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Report: Panel on Business Compliance Costs

1 July 2003 Media Statement

Report-back on implementation of recommendations by the Ministerial Panel on Business Compliance Costs

The Government has made excellent progress in implementing recommendations of the Ministerial Panel on Business Compliance Costs, Minister for Small Business John Tamihere says.

Mr Tamihere today released a progress report on implementation of the recommendations of the Ministerial Panel on Business Compliance Costs.

The ministerial panel was appointed by Commerce Minister Paul Swain in 2000 as a key plank in the government’s compliance cost reduction programme. Having sought the views of businesses throughout the country, the panel submitted 162 recommendations to the government on ways to reduce compliance costs for business.

In December 2001, the government issued its response to the panel’s recommendations, Striking the Balance, in which it agreed (at least partially or in principle) to 131 of the Panel’s proposals.

More than 80% of these proposals are now implemented or their implementation is underway. The Government is confident that all the most significant recommendations have been implemented, capturing at least 95% of potential benefits in terms of compliance cost reduction.

The initiatives and projects undertaken in response to the panel’s recommendations range across numerous government agencies and many pieces of legislation, such as employment relations, health and safety, accident insurance, local government and government statistics. Key initiatives include:

ONE-STOP BUSINESS PORTAL

One of the prominent themes of the panel’s recommendations was to increase the accessibility of government services and information on compliance requirements via e-technology. One of the main initiatives in this area is the government's sponsorship of the setting up of a one-stop business portal.
Led by Industry NZ, this web-based portal will allow access to business services across government (e.g. IRD, Department of Labour, ACC, Companies Office) as well as providing private sector information. The first stage of the portal is due to go ‘live’ this month.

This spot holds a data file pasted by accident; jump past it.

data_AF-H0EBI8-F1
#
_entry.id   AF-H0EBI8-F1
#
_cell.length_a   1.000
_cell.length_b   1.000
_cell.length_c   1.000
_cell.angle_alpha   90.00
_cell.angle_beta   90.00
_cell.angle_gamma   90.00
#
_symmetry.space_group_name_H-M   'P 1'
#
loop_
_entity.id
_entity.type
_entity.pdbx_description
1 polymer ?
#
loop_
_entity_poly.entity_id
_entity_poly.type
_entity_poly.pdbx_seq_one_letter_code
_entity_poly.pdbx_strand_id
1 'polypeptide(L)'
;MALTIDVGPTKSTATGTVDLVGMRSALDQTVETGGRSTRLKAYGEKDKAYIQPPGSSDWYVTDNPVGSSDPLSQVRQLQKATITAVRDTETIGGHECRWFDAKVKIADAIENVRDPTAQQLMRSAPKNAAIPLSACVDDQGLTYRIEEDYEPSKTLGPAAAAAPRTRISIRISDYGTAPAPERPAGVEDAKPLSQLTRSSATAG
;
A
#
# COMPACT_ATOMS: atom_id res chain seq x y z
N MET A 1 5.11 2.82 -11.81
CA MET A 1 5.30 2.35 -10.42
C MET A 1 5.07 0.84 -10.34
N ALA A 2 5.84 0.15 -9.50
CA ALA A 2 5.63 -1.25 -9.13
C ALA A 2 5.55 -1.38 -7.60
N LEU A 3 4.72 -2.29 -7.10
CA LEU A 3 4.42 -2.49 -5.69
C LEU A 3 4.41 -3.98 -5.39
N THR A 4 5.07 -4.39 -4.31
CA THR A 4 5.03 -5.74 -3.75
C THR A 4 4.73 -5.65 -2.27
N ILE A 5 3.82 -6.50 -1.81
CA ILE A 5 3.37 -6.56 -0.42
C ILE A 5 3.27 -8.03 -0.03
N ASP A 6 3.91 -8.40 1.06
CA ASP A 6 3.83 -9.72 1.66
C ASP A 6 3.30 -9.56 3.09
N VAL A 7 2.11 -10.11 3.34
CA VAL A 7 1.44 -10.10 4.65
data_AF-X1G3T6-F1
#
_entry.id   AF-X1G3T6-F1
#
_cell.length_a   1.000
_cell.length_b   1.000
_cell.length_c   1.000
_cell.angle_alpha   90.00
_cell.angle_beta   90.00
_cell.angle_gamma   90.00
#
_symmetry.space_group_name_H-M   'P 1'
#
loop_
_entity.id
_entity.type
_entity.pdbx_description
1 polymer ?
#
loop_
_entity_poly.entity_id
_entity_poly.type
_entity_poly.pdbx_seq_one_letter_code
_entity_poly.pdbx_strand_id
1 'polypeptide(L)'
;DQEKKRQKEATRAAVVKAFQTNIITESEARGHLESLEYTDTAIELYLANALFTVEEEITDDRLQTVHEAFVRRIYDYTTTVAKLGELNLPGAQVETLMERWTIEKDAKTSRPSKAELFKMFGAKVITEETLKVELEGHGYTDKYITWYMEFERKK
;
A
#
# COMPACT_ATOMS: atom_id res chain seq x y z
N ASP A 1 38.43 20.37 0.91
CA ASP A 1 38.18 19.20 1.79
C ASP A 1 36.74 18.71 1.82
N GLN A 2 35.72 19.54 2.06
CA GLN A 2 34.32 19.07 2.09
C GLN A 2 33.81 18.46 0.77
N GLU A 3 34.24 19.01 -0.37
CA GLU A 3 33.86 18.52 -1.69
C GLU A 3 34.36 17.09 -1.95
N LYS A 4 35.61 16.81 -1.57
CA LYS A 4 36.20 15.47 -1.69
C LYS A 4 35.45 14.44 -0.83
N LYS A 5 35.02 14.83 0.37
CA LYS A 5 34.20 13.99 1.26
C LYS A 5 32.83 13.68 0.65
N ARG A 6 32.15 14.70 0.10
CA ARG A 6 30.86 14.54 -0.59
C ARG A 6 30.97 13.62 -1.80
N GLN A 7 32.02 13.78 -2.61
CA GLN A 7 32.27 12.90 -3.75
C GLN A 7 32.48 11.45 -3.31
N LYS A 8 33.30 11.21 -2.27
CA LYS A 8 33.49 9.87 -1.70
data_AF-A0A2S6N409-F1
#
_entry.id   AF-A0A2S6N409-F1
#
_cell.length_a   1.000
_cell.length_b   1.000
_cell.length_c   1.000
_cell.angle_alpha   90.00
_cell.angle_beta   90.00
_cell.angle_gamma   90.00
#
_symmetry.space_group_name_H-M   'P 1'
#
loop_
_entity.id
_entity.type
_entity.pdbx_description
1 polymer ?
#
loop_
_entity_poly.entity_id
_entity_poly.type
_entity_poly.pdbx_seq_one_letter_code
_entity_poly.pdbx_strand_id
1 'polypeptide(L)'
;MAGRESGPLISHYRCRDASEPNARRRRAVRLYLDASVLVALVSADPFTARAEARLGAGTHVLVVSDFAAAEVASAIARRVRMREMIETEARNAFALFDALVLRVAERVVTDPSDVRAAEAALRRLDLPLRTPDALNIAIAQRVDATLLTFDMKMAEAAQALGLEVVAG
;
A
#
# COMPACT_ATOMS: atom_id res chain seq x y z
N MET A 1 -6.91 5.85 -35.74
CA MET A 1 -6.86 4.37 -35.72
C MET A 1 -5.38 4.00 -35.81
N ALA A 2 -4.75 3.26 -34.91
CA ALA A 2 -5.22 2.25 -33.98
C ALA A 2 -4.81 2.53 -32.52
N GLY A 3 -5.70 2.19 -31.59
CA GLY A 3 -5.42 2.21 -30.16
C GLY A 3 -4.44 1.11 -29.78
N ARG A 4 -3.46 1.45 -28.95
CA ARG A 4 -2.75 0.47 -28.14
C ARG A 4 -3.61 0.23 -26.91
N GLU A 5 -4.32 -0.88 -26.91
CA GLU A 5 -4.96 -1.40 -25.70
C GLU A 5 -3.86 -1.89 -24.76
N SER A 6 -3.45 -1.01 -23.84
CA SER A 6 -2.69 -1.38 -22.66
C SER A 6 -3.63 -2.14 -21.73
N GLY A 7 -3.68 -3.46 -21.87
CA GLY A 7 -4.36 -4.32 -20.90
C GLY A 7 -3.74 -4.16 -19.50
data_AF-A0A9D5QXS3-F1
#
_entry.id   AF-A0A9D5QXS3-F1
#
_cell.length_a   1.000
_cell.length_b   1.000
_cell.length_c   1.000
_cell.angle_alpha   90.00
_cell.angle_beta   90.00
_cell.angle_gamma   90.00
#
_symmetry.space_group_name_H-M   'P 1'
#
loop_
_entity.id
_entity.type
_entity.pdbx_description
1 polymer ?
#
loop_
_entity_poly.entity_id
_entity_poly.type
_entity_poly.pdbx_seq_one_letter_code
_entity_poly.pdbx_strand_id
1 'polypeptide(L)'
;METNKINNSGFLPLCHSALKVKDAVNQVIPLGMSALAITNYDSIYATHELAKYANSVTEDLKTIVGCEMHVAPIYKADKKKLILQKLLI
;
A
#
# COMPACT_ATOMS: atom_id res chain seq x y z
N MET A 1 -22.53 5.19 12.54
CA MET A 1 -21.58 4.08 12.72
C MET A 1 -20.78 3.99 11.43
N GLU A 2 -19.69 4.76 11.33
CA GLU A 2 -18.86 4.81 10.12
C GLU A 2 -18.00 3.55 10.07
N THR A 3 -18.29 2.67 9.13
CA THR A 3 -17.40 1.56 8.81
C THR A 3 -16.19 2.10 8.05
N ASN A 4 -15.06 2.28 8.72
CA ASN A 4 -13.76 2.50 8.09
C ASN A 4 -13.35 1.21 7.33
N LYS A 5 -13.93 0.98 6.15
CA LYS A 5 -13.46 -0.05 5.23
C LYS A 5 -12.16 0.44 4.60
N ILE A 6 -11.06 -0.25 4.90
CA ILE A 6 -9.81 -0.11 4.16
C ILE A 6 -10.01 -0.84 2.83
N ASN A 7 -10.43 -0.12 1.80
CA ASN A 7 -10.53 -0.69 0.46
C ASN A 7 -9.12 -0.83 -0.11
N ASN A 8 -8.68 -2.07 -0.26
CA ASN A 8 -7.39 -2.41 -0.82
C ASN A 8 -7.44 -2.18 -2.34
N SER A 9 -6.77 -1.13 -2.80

RMA-RELATED INITIATIVES

A number of initiatives have made it easier for businesses dealing with Resource Management Act issues:
- Additional funding for the Environment Court, and collaboration between the Ministry for the Environment and the Environment Court, mean significant reductions in Environment Court backlog and delays are being achieved. Introduction of limited notification will curb frivolous and vexatious objections.
- With further funding the Ministry for Environment has also implemented a number of projects that will improve the resource consent process. For example, the Ministry is moving to establish a scheme to train and accredit local councillors and independent commissioners involved in making decisions on resource consent applications. It is also developing guidance on case management and charging practices for iwi and hapu authorities.

Implementing the panel's recommendations was just part of the government's wider programme of reducing compliance costs and assisting business, Mr Tamihere said. As part of its wider programme, the government is introducing related initiatives, including:

TAX SIMPLIFICATION

The government is progressing a tax simplification programme addressing the tax issues of small to medium enterprises. Measures include:
- A discussion document proposing tax simplification measures will be issued later this year. The proposals, such as frequency of tax payment and better aligning tax payment with the income earning process, address areas of concern raised by the panel.
- A key proposal in the discussion document is that the government will encourage employers to use a commercial payroll intermediary by covering the intermediary's costs for the first five employees.

MEETING THE NEEDS OF SMALL-MEDIUM BUSINESS

- The appointment process of a Small Business Advisory Group is in its final stages. The eight members of the advisory group will be drawn from the business community and will have experience running or working with small businesses. The group will advise Ministers on issues and policies affecting small business, including compliance costs.
- A new Small Business Directorate recently established within the Ministry of Economic Development will work closely with the advisory group and guide issues on small-medium businesses.
- In February 2004 the government will host an SME (small-medium enterprise) Summit, along with a series of regional summits, to help define the needs of SMEs and the government’s role in relation to those needs.

REGULATORY IMPACT ANALYSIS

Every regulatory proposal is now subject to a regulatory impact analysis to ensure a robust and transparent process around business compliance costs.


Mr Tamihere said he was pleased to see prompt progress being made towards implementing the panel's recommendations.

"Creating conditions under which New Zealand businesses can be innovative and operate most effectively remains a key priority for this government. The progress being made by the government on implementing the panel's recommendations will ensure that compliance cost barriers to innovation and effectiveness will be removed wherever possible."

A full progress report on implementation of the panel recommendations is available at the Ministry of Economic Development website – www.med.govt.nz.

A media briefing on the report-back will be held in meeting room 6.31, Bowen House, Tuesday, July 1, 1.15pm.

ENDS

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